Rain Can’t Dampen Pembrokeshire’s Appeal
We’re continuing to publishing some articles on walking in Pembrokeshire that you can enjoy virtually… and have something to look forward to doing when the lockdown is finally lifted…
I must love Pembrokeshire, because even when it’s cold, wintry and wet, I can’t resist going out and exploring it. And it never seems to disappoint.
On an outing from St Florence, the lanes were occasionally more like streams, as my wellies, my umbrella and I headed for Manorbier under a sky that was all cloud. But even on this damp and unpromising morning, there was a wonderful peacefulness in the air.
The wind and rain died off as I traversed the level crossing at Manorbier Station and headed on to the village. There was even some sunshine as I dropped down to the bay below the castle, to stand on the sand and watch the surf and a couple of daring surfers. But Manorbier was the real starting point. From here I was taking the coast path east to Presipe and beyond.
The path climbs high above Manorbier Bay giving views westward that can stop you in your tracks more than once. Eventually I turned along the clifftop towards Presipe (which I’m told is pronounced ‘Pree-sep’), the first of three remarkable beaches on this walk.
The vertical strata of the sandstone cliffs around Presipe Bay fall like beautiful giant curtains. One hundred and sixty slippery steps took me down to the beach where the incoming tide added to the drama of the setting.
Those steps proved a lot tougher and a lot slippier on the way back up. After a breather at the top, I headed east again, with the path winding around the perimeter of the Ministry of Defence’s rather forlorn-looking Manorbier Camp.
There were more wet steps to negotiate with care at the next beach, known as Church Doors. The grandiose cliffs here do have the quality of a religious building and there is something spiritual to be gained from standing on this beach as the water pours in between the cathedral-like walls.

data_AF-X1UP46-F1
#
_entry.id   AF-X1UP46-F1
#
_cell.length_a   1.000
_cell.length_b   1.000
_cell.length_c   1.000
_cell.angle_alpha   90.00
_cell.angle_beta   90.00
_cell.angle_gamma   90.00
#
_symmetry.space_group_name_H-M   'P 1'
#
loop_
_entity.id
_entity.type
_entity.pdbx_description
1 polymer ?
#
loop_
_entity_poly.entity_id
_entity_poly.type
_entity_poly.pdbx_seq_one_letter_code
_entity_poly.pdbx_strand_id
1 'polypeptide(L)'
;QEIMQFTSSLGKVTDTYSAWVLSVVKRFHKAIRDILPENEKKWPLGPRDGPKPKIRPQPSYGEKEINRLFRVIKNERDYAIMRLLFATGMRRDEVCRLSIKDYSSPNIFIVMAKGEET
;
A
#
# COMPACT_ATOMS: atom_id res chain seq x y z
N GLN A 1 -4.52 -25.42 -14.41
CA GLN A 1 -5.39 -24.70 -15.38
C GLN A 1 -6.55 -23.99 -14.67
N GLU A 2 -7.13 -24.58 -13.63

In the base of the western cliffs there is a cleft big enough to let a person squeeze through to the neighbouring beach of Skrinkle Haven. But it’s a manoeuvre to carry out at low tide rather than high.
Foolishly, with the water coming up to the top of my wellies and my grip on the wet rocks becoming increasingly less tenuous, I went to see if I could get through. I was glad that, as I saw the sea foaming through the narrow gap towards me, an inner voice possessing some wisdom told me to go back and leave Skrinkle for another day.
Going up the 140 steps from Church Doors is quite a stretch even if you’re reasonably fit. After a stop halfway, I pushed on up to the top, managing not to slip over. Then the path took me east and north toward the village of Lydstep.
Lydstep looked damp and miserable but I easily found the path north from opposite the Lydstep Tavern. There are footpaths all the way from here to St Florence – allegedly. I did my best to follow them with the aid of an OS map, but they seemed to peter out here and there – and I felt at times that I, too, was in danger of petering out from the exhaustion of squelching through mud.
The rain had really set in once more – which didn’t help. When I got to the slimily wet wooden railway crossing half a mile north of Lystep, I noted that it looked extremely slippery. I walked so gingerly that I managed to fall over on my backside and lay across the tracks laughing to myself. Thankfully, trains on this line seem to be few and far between.
After much mud-hopping around wet fields, I finally found my way down into St Florence and had the pleasure of solid road beneath my feet. It had been a great, if at times arduous, hike of six or seven miles, but every step had been worth it.